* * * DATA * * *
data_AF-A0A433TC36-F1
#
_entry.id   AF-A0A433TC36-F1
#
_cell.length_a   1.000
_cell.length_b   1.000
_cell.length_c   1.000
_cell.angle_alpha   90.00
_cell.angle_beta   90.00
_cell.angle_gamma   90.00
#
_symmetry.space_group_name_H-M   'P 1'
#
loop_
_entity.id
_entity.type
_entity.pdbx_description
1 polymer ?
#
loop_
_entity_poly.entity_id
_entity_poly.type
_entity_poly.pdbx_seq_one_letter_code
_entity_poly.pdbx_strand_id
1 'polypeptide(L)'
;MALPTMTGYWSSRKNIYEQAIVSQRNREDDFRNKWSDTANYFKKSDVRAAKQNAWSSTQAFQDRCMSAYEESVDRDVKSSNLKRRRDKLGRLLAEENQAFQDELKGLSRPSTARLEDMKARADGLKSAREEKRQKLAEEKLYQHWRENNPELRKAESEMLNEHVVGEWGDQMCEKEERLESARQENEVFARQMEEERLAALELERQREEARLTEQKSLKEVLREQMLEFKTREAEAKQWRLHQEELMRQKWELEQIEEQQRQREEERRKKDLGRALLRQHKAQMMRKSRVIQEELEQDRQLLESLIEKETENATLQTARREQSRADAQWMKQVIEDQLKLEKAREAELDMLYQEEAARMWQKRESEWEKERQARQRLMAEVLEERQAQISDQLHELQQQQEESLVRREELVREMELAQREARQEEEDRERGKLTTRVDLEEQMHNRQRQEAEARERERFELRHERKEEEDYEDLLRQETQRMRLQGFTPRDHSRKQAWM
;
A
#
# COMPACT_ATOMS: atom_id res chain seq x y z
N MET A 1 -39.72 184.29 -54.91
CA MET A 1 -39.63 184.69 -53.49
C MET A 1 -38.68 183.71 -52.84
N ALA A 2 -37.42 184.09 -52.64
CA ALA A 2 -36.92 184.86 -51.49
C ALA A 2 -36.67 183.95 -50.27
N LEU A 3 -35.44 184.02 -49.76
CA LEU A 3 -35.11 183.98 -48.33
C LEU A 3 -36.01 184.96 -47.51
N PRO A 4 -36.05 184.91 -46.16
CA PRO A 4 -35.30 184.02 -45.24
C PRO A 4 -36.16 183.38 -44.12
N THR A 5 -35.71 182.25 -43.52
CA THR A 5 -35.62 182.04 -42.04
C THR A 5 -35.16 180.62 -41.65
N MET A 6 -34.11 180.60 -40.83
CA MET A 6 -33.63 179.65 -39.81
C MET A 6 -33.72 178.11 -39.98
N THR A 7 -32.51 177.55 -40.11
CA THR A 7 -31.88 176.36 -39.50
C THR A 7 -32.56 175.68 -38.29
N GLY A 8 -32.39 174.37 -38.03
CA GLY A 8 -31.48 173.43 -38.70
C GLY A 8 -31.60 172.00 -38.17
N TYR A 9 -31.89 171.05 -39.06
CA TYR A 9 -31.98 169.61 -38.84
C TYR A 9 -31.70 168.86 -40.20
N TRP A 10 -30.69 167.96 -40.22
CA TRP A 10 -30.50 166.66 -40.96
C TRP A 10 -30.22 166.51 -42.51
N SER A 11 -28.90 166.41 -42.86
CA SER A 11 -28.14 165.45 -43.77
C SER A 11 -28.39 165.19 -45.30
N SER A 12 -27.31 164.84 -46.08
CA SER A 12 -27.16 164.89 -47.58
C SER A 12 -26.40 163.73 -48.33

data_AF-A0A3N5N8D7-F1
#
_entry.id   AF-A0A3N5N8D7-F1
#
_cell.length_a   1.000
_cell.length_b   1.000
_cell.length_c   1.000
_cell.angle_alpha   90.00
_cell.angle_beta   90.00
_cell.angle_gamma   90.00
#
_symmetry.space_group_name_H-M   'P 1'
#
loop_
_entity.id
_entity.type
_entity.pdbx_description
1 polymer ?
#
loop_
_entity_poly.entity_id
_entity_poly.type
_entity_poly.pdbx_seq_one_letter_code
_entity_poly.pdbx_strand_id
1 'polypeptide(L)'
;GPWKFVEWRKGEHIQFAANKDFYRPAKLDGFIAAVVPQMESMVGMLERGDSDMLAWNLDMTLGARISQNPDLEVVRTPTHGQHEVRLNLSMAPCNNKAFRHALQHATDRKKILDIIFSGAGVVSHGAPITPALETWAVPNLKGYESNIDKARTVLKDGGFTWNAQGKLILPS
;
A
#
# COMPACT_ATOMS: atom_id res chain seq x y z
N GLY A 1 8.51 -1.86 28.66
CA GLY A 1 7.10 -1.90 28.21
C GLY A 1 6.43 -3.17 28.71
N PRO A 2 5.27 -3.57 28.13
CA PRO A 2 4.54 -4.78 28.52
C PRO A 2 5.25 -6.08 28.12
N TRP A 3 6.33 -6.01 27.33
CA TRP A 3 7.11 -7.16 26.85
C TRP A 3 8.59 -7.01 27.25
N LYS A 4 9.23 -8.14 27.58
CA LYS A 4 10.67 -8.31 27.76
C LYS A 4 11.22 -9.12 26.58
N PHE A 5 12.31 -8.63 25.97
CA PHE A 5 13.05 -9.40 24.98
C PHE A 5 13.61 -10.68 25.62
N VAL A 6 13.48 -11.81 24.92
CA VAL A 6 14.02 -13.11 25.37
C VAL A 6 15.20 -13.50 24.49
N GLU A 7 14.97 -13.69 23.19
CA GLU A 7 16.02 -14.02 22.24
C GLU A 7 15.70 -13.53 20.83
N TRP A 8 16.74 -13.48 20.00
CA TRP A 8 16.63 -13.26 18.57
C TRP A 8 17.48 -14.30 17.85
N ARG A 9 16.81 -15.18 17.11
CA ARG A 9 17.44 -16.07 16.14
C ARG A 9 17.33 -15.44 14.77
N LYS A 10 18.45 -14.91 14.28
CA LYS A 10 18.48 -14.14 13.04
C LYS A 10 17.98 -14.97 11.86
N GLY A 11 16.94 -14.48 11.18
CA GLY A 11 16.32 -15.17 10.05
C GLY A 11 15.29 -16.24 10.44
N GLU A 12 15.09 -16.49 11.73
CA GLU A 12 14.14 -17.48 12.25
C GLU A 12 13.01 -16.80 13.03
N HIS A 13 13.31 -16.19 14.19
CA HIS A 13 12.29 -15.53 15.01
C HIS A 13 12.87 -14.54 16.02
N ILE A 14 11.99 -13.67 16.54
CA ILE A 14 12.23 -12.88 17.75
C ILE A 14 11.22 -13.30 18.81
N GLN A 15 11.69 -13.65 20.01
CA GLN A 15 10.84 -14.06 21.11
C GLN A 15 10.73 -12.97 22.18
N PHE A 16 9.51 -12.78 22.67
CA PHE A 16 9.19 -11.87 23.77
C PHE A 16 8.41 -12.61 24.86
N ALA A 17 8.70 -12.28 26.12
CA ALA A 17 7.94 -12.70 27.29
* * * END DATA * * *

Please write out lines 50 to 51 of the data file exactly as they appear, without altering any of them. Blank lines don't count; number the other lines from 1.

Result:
CA THR A 7 -31.88 176.36 -39.50
C THR A 7 -32.56 175.68 -38.29